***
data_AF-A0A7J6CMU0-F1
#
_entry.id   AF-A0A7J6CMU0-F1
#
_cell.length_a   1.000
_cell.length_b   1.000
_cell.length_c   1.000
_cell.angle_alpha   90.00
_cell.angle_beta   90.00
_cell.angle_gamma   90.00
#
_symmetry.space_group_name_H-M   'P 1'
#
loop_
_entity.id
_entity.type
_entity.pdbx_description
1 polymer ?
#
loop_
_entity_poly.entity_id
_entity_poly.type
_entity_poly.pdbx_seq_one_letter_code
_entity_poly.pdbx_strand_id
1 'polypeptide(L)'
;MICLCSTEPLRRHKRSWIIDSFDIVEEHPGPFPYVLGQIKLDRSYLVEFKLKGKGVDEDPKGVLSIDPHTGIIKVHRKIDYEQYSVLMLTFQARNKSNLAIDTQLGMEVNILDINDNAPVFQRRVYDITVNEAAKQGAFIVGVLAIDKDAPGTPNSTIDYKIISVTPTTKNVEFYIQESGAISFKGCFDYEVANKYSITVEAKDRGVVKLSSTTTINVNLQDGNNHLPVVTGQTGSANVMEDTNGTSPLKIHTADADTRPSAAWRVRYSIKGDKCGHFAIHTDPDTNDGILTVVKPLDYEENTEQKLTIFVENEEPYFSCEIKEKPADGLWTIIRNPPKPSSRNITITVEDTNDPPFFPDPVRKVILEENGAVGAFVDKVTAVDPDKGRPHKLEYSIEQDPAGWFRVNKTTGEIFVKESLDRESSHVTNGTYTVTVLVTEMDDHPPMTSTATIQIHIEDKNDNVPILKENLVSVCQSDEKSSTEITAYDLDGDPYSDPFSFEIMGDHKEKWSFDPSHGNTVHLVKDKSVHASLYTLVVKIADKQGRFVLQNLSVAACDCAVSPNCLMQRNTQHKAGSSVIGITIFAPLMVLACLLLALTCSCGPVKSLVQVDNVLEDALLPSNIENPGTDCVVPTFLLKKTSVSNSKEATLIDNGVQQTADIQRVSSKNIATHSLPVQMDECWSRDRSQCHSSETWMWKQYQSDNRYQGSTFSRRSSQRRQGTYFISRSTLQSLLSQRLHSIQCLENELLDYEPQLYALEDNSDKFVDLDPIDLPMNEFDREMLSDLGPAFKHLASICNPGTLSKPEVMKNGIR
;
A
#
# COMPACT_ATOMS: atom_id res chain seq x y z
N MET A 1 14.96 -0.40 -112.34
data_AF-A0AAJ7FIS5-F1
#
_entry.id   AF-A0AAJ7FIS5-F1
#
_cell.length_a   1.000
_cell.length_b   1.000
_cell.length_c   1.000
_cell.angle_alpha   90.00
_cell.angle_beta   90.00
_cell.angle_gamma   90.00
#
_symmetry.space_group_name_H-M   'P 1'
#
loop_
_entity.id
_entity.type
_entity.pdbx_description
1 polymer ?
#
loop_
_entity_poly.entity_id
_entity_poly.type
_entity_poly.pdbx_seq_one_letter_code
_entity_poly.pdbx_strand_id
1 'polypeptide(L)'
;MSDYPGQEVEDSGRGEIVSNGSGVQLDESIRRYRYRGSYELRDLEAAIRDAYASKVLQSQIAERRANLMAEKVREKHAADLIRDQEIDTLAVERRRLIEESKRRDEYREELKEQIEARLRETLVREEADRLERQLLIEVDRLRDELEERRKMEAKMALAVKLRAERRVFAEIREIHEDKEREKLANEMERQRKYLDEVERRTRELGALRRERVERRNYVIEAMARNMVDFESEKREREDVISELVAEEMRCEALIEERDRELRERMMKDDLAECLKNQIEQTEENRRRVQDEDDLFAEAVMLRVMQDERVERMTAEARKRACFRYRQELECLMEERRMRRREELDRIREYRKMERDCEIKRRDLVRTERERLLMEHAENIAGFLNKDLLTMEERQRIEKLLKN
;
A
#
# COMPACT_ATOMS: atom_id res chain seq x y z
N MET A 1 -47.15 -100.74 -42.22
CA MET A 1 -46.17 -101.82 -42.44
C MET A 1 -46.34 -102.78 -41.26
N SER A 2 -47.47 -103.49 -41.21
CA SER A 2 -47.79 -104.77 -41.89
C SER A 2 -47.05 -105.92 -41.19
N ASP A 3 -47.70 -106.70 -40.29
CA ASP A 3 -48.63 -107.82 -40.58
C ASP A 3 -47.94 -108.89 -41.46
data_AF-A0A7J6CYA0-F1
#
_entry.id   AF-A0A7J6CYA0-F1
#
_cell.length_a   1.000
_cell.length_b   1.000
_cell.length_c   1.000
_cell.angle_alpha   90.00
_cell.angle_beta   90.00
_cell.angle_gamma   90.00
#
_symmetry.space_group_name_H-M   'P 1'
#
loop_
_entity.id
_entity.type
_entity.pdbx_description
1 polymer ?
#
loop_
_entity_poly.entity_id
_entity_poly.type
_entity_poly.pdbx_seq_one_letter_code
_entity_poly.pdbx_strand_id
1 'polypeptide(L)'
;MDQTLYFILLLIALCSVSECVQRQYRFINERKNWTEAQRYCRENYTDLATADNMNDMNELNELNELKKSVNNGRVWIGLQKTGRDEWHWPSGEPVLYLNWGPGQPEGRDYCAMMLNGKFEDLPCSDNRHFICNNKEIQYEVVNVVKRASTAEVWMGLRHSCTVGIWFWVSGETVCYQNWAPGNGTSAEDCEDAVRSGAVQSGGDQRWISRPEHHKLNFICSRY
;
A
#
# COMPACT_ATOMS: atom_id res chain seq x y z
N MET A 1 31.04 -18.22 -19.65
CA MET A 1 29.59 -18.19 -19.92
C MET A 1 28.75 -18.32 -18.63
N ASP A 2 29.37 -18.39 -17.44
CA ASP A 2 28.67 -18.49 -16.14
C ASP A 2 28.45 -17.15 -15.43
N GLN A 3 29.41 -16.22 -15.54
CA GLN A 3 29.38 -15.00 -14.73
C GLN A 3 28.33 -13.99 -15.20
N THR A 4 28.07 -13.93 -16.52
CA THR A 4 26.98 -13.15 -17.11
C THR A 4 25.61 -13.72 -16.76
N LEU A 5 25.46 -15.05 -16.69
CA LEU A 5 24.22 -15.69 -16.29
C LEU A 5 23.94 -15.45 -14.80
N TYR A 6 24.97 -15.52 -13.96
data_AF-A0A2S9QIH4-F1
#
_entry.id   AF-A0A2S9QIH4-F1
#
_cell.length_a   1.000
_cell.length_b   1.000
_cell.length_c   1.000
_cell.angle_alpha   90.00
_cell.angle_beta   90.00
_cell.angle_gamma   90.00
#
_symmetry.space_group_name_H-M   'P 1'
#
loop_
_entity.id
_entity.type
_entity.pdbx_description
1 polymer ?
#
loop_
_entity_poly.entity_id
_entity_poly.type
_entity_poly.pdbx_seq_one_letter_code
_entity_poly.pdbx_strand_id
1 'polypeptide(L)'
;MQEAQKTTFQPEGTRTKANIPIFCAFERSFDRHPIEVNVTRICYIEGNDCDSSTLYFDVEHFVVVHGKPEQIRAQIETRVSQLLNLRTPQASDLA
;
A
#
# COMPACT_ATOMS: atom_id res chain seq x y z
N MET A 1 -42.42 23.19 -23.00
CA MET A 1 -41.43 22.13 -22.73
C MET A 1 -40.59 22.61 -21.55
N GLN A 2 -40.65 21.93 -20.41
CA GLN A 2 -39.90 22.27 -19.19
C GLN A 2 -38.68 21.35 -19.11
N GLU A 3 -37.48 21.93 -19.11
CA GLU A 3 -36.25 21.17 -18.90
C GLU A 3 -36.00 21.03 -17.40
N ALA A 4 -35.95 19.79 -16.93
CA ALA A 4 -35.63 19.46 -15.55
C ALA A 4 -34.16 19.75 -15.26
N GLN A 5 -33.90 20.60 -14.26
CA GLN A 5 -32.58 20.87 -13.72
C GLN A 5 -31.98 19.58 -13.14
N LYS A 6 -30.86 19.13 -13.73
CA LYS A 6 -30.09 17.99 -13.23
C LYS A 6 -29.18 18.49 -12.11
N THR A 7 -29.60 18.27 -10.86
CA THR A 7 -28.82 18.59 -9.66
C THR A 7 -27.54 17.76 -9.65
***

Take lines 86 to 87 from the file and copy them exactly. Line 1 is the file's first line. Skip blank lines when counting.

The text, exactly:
_entity.type
_entity.pdbx_description